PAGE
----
Design of Good Linear Error Correcting Codes
One of the major issues in algebraic coding theory is the determination of bounds on the maximum achievable distance between codewords for a given code size. Lower bounds are usually devised through construction techniques which provide a code with the required parameters. A good code is defined as one which achieves the largest known minimum distance. The resulting "error-control codes" of our program insert redundancy into the transmitted codeword. As a result, the receiver can detect and correct errors that occur through the transmission path.
This project, supervised by Dr. Aaron Gulliver of Electrical and Computer Engineering Department, investigated the development of techniques and/or application of existing techniques for constructing good codes which improve these bounds. The aim of this project, was to design and test a C program which generates all the "error-correction codes", which would be used in any communication system's receiver. These codes, namely "Greedy Codes", are generated, using the following parameters as the program's inputs:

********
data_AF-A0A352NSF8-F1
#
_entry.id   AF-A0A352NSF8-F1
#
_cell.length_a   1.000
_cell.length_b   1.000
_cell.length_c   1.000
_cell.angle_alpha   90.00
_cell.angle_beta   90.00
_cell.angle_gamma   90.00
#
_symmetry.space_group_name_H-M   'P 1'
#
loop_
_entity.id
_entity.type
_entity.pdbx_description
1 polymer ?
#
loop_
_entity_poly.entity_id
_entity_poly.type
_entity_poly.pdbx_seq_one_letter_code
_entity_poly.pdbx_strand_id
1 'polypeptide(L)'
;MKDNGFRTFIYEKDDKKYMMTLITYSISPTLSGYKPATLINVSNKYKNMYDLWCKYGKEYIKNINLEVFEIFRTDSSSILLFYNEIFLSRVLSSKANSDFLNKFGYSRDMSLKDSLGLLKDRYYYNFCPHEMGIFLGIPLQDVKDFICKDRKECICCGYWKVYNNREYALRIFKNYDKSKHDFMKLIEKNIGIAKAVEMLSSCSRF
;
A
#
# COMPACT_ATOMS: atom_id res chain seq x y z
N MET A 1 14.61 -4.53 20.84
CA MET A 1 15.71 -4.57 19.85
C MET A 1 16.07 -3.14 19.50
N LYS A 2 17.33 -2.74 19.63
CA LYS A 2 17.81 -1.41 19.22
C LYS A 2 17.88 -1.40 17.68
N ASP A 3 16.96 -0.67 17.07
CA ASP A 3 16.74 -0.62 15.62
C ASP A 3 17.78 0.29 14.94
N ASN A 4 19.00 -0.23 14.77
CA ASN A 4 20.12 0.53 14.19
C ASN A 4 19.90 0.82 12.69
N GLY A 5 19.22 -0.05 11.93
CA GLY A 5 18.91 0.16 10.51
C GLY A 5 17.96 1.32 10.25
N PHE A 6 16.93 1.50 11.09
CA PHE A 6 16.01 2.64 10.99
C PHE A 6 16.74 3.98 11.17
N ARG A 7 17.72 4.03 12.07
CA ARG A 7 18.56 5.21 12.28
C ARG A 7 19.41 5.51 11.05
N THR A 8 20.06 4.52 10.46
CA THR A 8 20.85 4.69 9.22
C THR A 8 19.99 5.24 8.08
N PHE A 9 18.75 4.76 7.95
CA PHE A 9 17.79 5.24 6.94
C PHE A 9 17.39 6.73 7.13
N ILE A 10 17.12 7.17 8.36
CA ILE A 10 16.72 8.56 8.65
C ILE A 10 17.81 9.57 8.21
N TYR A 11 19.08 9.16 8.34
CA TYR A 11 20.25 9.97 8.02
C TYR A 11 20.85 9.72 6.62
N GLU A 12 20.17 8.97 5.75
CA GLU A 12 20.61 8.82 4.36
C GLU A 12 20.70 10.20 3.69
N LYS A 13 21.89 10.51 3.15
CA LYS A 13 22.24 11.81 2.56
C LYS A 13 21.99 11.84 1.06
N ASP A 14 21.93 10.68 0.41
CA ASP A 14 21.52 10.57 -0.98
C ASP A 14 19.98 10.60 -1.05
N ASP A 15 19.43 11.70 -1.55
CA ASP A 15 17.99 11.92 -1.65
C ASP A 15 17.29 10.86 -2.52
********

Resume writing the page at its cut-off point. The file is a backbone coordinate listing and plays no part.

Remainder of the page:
The program's results will be based on the three parameters. The result will comprise of the error-correction codes PLUS the dimension of the matrix which contains the codes. This would give Dr.Gulliver the chance to double-check his results on any system which he is analyzing, for his research. These codes must be "orthogonal" and "self-orthogonal". The first one means that ANY two code vectors must have inner product of zero. Second means that they must be orthogonal with respect to each other, PLUS any codeword be orthogonal to itself also.
At the end, the summary of results of our program are
tabulated according to Dr.Gulliver's request inside the final report. The
final report could be found from the Reports page.